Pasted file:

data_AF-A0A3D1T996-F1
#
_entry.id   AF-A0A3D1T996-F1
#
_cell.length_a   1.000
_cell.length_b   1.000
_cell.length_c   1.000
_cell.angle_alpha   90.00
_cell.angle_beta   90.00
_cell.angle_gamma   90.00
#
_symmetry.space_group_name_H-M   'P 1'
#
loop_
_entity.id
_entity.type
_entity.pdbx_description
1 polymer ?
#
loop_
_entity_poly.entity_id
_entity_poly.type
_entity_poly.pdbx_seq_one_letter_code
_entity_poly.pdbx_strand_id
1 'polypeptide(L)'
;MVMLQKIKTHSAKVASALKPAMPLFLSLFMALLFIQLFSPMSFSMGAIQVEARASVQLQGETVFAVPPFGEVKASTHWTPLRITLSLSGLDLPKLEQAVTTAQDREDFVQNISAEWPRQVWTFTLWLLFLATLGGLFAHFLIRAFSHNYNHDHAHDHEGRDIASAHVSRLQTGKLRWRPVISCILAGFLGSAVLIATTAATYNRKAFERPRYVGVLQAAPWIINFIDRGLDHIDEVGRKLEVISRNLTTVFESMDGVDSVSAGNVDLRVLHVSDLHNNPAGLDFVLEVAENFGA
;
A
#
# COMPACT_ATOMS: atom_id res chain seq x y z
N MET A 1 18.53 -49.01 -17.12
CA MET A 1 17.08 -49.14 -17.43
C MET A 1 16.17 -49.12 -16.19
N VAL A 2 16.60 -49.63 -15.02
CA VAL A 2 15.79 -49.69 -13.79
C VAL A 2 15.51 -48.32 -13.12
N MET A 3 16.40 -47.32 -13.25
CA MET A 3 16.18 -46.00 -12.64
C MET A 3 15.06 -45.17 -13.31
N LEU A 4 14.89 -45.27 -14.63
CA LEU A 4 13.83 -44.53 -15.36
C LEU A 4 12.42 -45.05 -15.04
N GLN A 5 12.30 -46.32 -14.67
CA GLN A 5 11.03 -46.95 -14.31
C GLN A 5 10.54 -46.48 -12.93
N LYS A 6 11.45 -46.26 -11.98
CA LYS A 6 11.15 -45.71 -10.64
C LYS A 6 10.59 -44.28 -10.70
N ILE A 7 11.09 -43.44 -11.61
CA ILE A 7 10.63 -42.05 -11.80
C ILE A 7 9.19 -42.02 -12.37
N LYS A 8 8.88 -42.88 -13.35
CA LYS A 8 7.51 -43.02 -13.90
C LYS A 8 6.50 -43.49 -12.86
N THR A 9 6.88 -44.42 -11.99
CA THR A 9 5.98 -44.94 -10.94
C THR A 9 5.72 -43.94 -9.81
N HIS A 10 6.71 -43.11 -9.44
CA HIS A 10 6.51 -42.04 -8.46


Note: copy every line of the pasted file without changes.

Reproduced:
data_AF-A0A3D1T996-F1
#
_entry.id   AF-A0A3D1T996-F1
#
_cell.length_a   1.000
_cell.length_b   1.000
_cell.length_c   1.000
_cell.angle_alpha   90.00
_cell.angle_beta   90.00
_cell.angle_gamma   90.00
#
_symmetry.space_group_name_H-M   'P 1'
#
loop_
_entity.id
_entity.type
_entity.pdbx_description
1 polymer ?
#
loop_
_entity_poly.entity_id
_entity_poly.type
_entity_poly.pdbx_seq_one_letter_code
_entity_poly.pdbx_strand_id
1 'polypeptide(L)'
;MVMLQKIKTHSAKVASALKPAMPLFLSLFMALLFIQLFSPMSFSMGAIQVEARASVQLQGETVFAVPPFGEVKASTHWTPLRITLSLSGLDLPKLEQAVTTAQDREDFVQNISAEWPRQVWTFTLWLLFLATLGGLFAHFLIRAFSHNYNHDHAHDHEGRDIASAHVSRLQTGKLRWRPVISCILAGFLGSAVLIATTAATYNRKAFERPRYVGVLQAAPWIINFIDRGLDHIDEVGRKLEVISRNLTTVFESMDGVDSVSAGNVDLRVLHVSDLHNNPAGLDFVLEVAENFGA
;
A
#
# COMPACT_ATOMS: atom_id res chain seq x y z
N MET A 1 18.53 -49.01 -17.12
CA MET A 1 17.08 -49.14 -17.43
C MET A 1 16.17 -49.12 -16.19
N VAL A 2 16.60 -49.63 -15.02
CA VAL A 2 15.79 -49.69 -13.79
C VAL A 2 15.51 -48.32 -13.12
N MET A 3 16.40 -47.32 -13.25
CA MET A 3 16.18 -46.00 -12.64
C MET A 3 15.06 -45.17 -13.31
N LEU A 4 14.89 -45.27 -14.63
CA LEU A 4 13.83 -44.53 -15.36
C LEU A 4 12.42 -45.05 -15.04
N GLN A 5 12.30 -46.32 -14.67
CA GLN A 5 11.03 -46.95 -14.31
C GLN A 5 10.54 -46.48 -12.93
N LYS A 6 11.45 -46.26 -11.98
CA LYS A 6 11.15 -45.71 -10.64
C LYS A 6 10.59 -44.28 -10.70
N ILE A 7 11.09 -43.44 -11.61
CA ILE A 7 10.63 -42.05 -11.80
C ILE A 7 9.19 -42.02 -12.37
N LYS A 8 8.88 -42.88 -13.35
CA LYS A 8 7.51 -43.02 -13.90
C LYS A 8 6.50 -43.49 -12.86
N THR A 9 6.88 -44.42 -11.99
CA THR A 9 5.98 -44.94 -10.94
C THR A 9 5.72 -43.94 -9.81
N HIS A 10 6.71 -43.11 -9.44
CA HIS A 10 6.51 -42.04 -8.46